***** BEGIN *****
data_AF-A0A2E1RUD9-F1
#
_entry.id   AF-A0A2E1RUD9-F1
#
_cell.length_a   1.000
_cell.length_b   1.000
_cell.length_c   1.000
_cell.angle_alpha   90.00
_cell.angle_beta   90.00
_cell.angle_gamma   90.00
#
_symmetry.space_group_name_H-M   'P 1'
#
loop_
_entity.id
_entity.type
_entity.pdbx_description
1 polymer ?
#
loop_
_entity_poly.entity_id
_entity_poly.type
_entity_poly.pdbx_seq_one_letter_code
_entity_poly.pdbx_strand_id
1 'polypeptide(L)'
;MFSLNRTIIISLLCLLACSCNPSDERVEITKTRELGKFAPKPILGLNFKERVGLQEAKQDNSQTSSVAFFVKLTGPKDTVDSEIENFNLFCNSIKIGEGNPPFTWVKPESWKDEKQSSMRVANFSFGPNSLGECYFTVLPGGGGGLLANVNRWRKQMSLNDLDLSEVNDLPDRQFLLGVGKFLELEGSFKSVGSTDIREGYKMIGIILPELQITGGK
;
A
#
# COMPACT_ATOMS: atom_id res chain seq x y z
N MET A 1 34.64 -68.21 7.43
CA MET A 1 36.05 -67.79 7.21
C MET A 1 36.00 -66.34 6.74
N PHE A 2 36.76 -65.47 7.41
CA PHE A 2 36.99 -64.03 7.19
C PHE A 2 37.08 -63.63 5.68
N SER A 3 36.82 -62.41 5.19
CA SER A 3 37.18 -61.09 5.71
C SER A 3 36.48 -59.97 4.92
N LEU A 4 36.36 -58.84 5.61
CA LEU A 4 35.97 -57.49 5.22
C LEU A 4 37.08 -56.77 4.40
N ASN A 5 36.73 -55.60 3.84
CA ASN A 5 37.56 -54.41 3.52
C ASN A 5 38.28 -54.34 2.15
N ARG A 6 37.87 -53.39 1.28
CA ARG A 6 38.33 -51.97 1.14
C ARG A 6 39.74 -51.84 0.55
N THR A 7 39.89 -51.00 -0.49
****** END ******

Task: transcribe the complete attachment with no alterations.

data_AF-A0A2E1RUD9-F1
#
_entry.id   AF-A0A2E1RUD9-F1
#
_cell.length_a   1.000
_cell.length_b   1.000
_cell.length_c   1.000
_cell.angle_alpha   90.00
_cell.angle_beta   90.00
_cell.angle_gamma   90.00
#
_symmetry.space_group_name_H-M   'P 1'
#
loop_
_entity.id
_entity.type
_entity.pdbx_description
1 polymer ?
#
loop_
_entity_poly.entity_id
_entity_poly.type
_entity_poly.pdbx_seq_one_letter_code
_entity_poly.pdbx_strand_id
1 'polypeptide(L)'
;MFSLNRTIIISLLCLLACSCNPSDERVEITKTRELGKFAPKPILGLNFKERVGLQEAKQDNSQTSSVAFFVKLTGPKDTVDSEIENFNLFCNSIKIGEGNPPFTWVKPESWKDEKQSSMRVANFSFGPNSLGECYFTVLPGGGGGLLANVNRWRKQMSLNDLDLSEVNDLPDRQFLLGVGKFLELEGSFKSVGSTDIREGYKMIGIILPELQITGGK
;
A
#
# COMPACT_ATOMS: atom_id res chain seq x y z
N MET A 1 34.64 -68.21 7.43
CA MET A 1 36.05 -67.79 7.21
C MET A 1 36.00 -66.34 6.74
N PHE A 2 36.76 -65.47 7.41
CA PHE A 2 36.99 -64.03 7.19
C PHE A 2 37.08 -63.63 5.68
N SER A 3 36.82 -62.41 5.19
CA SER A 3 37.18 -61.09 5.71
C SER A 3 36.48 -59.97 4.92
N LEU A 4 36.36 -58.84 5.61
CA LEU A 4 35.97 -57.49 5.22
C LEU A 4 37.08 -56.77 4.40
N ASN A 5 36.73 -55.60 3.84
CA ASN A 5 37.56 -54.41 3.52
C ASN A 5 38.28 -54.34 2.15
N ARG A 6 37.87 -53.39 1.28
CA ARG A 6 38.33 -51.97 1.14
C ARG A 6 39.74 -51.84 0.55
N THR A 7 39.89 -51.00 -0.49